I. Catalog Course Description
Covers how Jazz music's evolution as an art form unique to the United States has both shaped and reflected the construction of our national identity. Teaches how social and cultural events led to the development of jazz music from 1890 through the 1960's. Prominent players and groups of each era will be covered, as well as sociological, economic and cultural factors that shaped the many styles of American Jazz as evolved.
II. Course Objectives and Linkage to General Education Program
The information in the parentheses after a course objective refers to the specific general education (GE) learning outcome that the objective meets. Objectives without this information are not linked to WNC’s general education program.
By completion of this course, the student should be able:
- List in chronological order the prominent eras and trends of jazz music and identify the names and contributions of key jazz music personalities. (GE 1, 2, 4)
- Describe the emergence of jazz music from its beginnings as ragtime, swing, to “Be-Bop” to the present day “Smooth Jazz.” GE 1, 2, 4)
- Demonstrate an ability to identify individual jazz music styles, distinguish among the styles of jazz in terms of music theory and conception. GE 1, 2, 4)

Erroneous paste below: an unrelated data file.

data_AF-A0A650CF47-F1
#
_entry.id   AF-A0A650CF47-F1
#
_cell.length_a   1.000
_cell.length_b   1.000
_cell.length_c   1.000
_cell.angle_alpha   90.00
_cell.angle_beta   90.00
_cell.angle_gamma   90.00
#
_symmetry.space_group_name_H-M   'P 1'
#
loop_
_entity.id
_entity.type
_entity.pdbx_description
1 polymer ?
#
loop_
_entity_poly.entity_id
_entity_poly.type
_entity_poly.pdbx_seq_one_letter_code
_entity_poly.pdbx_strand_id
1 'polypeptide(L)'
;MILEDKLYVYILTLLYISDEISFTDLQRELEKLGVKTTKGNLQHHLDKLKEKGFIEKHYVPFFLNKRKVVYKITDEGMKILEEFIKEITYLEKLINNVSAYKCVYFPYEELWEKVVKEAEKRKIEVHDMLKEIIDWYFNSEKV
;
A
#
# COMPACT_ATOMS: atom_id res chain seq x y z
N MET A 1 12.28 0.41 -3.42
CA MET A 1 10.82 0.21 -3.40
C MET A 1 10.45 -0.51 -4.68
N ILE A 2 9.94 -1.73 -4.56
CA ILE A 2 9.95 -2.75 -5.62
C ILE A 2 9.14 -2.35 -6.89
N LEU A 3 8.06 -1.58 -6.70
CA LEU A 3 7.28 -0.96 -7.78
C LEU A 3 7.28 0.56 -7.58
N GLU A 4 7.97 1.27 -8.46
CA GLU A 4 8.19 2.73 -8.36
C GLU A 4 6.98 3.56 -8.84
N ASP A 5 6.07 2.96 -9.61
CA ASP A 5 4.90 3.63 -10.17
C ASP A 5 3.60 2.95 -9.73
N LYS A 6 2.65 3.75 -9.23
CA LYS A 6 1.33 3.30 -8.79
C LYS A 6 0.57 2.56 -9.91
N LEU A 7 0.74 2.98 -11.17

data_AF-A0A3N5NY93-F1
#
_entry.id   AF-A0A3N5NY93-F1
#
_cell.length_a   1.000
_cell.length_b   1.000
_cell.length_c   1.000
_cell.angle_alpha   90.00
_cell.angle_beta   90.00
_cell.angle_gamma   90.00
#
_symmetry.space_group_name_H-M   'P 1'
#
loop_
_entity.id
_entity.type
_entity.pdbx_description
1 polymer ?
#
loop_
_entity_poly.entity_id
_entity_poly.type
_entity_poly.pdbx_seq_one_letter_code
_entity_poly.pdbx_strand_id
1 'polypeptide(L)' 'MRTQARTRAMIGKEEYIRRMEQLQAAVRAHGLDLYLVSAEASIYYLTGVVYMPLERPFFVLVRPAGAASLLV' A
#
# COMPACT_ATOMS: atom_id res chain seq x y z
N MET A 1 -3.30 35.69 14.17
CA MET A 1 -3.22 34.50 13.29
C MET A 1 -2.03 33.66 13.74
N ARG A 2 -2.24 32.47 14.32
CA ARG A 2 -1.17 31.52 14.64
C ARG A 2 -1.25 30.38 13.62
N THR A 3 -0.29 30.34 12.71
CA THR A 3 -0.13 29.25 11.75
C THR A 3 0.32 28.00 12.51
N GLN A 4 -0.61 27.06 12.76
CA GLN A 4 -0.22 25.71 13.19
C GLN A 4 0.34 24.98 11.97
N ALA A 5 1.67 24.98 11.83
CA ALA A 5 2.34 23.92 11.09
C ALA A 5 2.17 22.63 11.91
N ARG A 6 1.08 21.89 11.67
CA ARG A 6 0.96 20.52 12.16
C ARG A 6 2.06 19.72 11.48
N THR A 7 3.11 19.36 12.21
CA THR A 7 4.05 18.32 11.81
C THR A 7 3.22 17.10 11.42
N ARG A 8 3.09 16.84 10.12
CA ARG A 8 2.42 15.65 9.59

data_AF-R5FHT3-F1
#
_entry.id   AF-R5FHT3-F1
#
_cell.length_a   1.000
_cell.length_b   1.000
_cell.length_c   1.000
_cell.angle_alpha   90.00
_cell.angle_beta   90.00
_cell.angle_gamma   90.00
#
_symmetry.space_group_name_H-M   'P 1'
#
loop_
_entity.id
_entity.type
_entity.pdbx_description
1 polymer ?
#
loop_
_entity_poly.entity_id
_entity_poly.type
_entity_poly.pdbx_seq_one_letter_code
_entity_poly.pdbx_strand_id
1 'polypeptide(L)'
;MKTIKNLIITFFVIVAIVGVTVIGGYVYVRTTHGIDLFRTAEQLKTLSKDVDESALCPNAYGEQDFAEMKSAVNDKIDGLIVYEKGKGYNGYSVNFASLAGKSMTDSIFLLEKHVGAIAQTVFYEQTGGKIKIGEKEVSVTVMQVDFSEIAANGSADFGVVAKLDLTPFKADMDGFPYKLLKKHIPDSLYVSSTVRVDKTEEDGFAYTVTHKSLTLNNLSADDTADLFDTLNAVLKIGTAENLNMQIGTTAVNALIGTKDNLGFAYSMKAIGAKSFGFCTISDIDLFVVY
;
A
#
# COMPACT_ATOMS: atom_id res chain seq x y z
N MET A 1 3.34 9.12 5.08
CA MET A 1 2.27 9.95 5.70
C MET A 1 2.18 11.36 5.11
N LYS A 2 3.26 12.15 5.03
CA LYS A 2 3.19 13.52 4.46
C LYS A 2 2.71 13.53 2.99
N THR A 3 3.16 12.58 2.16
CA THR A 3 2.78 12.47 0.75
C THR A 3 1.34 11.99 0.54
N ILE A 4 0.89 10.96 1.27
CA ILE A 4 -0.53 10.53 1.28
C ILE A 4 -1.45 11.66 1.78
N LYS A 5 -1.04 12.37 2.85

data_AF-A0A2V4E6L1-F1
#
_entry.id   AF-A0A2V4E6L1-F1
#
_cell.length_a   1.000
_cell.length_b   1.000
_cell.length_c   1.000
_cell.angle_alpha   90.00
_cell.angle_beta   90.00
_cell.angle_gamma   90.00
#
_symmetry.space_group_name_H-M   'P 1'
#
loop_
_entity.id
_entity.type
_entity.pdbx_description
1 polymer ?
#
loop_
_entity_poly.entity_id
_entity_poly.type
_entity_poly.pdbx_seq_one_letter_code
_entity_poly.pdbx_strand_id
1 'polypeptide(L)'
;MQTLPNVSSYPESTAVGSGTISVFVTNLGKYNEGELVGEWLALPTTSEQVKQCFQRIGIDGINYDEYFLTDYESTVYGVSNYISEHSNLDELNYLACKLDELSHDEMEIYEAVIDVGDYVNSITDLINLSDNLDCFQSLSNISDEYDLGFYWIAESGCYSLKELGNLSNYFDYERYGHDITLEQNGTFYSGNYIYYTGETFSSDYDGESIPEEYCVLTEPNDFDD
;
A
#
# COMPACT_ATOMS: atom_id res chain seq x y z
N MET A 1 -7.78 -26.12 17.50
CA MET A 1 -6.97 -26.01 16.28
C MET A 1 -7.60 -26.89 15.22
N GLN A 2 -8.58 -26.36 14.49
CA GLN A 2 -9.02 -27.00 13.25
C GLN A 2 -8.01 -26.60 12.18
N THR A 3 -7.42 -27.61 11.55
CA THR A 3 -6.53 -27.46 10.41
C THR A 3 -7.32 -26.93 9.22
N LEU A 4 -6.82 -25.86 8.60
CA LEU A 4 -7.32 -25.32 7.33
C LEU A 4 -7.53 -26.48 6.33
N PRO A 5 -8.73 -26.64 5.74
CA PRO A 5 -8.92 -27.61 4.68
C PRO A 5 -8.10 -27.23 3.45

- Discuss relationships between jazz and the historical, social and economic factors of each era. (GE 1, 2, 4)
- Describe technological advances from the early phonographs to modern multitrack recording, GE 1, 2, 4)
- Understand and discuss the profound impact this music has had throughout the United States and the world. (GE 1, 2, 6)
- What is Jazz? It’s roots and definition.
- The elements of Jazz; improvisation, Rhythm, Dissonance, interpretation, and Interaction.
- The Instruments that play jazz: The Rhythm Section: Piano Guitar, Bass, Drums, Vibraphone, Organ. The Woodwinds: Soprano, alto, tenor and Baritone Sax, Clarinet, Flute. The Brass: Trumpet Cornet, Trombone, Flugelhorn, and Tuba.
- Origins of Jazz: Ragtime, The Blues, and New Orleans.
- The Great Migration of musician form the South to Northern US cities and the influence of organized crime on Jazz.
- Early jazz piano, The Swing era to the end of The Big Bands.
- What is Bebop and the revolution it created among jazz musicians?
- Latin jazz.
- Vocal Jazz from Billie Holiday’s Strange Fruit to Lambert, Hendricks & Ross’s Twisted.
- The music of Miles Davis, Soul jazz, Jazz in odd time signatures and Funk jazz.
Scheduled MUS-134 classes:
There are currently no MUS-134 classes scheduled for this term.